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The Death Witch Series, Book 3
Days after she’s asked to read a murdered corpse pulled from the river, Detective and Death Witch Mallory Mors is visited by its waterlogged ghost. The specter begs her to stop them, but doesn’t give her any clues. Pulled by earth magic to the scene of the crime Mallory finds a second victim, a politician stabbed through the heart. Her magic keeps him alive, but makes her a target for the coven behind the attacks. As the clues dry up, Mallory is attacked with magic even in her dreams. If she can’t sort through the lies to close the case, she’ll never be safe again.
Page Count: 358
Word Count: 94530
The bike swerved, it jagged left and I hoped he was showing off. I raised my head to see, but through the visor of the helmet I realized with dread he wasn’t. The very trees around us were reaching out for the bike, limbs bending to go in front of him.
He rode through the gauntlet, swerving, working against the forest. I had no idea how to move; I could only cling to him, desperate not to be thrown off.
I looked down and saw, too late to warn him, the trees were only half of the attack. Deep into the park, surrounded by trees with no way to dodge, the ground rose up against us. Like a wave of water, the soil and the plants on top of it swelled.
Before I could say anything, we were airborne, the bike launched as if it had gone over a ramp. I expected him to stay with the bike, to try to land gracefully, but instead he let it go and grabbed me. Holding me tight, we fell, plowing into the earth, his back to the ground. The fall happened in slow motion but took only seconds. We stopped, and I shook, scared and covered in dirt. There was a mound of earth in front of us, piled up by his back as we skidded across the forest floor.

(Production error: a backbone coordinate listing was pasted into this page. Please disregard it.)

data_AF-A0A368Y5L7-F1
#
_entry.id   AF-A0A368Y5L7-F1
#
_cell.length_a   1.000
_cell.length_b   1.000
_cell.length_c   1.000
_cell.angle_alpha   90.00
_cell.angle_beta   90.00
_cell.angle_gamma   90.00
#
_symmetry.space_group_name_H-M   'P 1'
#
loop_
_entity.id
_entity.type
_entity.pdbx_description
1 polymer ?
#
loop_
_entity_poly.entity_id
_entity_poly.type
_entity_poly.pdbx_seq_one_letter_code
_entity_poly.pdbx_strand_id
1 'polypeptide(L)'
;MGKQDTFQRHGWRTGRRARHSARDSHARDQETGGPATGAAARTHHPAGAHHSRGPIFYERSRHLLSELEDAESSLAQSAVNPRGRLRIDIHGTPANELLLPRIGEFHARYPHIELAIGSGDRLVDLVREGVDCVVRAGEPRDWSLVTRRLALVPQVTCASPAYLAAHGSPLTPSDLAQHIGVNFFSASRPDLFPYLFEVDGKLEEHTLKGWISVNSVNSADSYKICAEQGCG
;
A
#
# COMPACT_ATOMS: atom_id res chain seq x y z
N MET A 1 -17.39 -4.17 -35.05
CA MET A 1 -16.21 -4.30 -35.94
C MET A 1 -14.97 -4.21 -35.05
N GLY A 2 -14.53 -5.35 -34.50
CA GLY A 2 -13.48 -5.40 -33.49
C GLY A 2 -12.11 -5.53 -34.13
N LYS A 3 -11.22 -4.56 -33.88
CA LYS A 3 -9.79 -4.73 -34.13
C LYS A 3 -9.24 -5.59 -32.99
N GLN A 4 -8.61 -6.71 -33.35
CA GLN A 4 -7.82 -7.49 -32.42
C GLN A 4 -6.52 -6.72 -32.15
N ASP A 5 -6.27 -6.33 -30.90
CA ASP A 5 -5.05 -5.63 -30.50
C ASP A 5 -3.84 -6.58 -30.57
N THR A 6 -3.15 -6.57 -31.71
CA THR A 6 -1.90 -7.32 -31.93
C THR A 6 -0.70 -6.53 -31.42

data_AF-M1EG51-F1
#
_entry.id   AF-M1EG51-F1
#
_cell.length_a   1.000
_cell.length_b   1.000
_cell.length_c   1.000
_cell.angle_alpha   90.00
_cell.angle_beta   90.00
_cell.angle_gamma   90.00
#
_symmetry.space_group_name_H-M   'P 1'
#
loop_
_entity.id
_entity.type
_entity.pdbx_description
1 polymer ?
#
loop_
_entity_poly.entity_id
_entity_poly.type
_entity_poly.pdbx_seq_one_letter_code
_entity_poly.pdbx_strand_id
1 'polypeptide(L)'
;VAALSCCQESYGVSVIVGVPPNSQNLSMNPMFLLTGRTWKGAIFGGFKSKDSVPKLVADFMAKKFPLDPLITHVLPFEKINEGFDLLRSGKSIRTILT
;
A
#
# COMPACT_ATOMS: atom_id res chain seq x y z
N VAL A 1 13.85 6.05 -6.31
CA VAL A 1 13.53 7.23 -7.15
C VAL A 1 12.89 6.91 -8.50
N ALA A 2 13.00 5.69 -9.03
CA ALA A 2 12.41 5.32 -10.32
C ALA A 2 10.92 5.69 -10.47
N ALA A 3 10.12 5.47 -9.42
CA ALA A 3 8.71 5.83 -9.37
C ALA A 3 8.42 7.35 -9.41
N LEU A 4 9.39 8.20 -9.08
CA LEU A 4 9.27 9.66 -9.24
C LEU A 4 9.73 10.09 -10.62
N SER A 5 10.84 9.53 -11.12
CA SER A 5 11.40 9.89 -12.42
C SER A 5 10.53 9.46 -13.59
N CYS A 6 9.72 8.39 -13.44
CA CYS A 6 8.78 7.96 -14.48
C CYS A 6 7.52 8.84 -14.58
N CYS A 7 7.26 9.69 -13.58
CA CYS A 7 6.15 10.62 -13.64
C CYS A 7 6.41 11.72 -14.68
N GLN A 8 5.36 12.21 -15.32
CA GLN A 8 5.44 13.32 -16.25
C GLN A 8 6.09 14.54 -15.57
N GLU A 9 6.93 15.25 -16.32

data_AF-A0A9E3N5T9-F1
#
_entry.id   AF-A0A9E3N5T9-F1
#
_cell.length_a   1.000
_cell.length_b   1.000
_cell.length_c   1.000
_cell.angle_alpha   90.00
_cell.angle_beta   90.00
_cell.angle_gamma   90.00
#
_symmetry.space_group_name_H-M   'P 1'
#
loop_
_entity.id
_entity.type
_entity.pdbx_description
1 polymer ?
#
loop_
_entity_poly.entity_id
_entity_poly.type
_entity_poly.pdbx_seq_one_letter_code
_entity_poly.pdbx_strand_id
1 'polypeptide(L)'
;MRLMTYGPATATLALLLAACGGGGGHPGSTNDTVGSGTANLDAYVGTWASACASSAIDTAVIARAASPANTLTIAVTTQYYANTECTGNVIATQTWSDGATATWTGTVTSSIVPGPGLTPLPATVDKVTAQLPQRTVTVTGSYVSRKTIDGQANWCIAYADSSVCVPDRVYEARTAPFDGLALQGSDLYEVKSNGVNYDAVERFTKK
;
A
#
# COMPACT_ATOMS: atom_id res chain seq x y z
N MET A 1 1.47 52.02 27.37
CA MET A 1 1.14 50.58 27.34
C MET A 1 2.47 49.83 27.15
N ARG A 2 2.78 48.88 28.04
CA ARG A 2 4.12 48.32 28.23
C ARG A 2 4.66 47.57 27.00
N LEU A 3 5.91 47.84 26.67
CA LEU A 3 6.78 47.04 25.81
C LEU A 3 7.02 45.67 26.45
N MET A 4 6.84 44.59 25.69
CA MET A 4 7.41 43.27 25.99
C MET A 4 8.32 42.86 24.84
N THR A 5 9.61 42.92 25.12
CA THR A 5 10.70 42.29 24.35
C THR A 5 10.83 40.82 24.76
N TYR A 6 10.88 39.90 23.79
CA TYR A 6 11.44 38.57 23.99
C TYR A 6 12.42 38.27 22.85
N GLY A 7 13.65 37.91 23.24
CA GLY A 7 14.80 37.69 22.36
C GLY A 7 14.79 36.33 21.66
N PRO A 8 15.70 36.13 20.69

I took a deep breath, starting to say something when he tossed me aside. I rolled, hitting the ground without any force, and came up to look at him. My vision was blocked by the now-cracked visor, and I fumbled with the straps to get the helmet off. When I did he was standing up, shaking off the impact. His back was raw with dirt sticking to pearly white bone and blood.
“Your back! And your jacket, it’s…I mean it looks…”
“Better than I would if Jakob knew I let you get hurt.” He offered me a hand and pulled me roughly to my feet. I appreciated the hand, I appreciated even more that I wasn’t looking at the shredded leather and flesh. “Now be quiet; I’d like them to believe their trick worked.”
“Yeah, them, about seven people, eight if you count the girl but I don’t.” He started walking and I stumbled after him, a bundle of bruises making me awkward. I ran into branches, nearly tripped over twigs, and generally moved without a hint of grace or silence.
“Quiet,” he hissed. When I reached him, he was sitting behind a fallen tree trunk, staring ahead. Brushed clear of all the usual pine needles and stones was a perfect circle. On the edges a group of people stood, naked, backs to us, and in the center, on a stone altar, was Phoebe.
“What the hell?” I whispered. Her green eyes were wide with terror but she looked unhurt. Bound with scratchy tan rope and gagged with a white cloth she half sat, half-lay on the wide white stone, fear turning her into a statue.
“She’s the sacrifice,” he told me. The large man, George, held a knife I guessed was petrified palm wood, a knife that would leave behind the smells of earth when it cut. I’d felt those cuts on a dog. I didn’t want to feel them on Phoebe.
“Get her out of there,” I demanded.
“I can’t. The circle is too strong.” I followed his gesture and saw it, a rough circle carved into the earth. Had they carved it with the stone knife? The thought made me shiver.
“Okay then we shoot them.” I reached for my gun.
“No!” He pushed my hand down. “Bullets don’t work right in sacred circles; they deflect, don’t fly straight. We need something stronger, something magical.”
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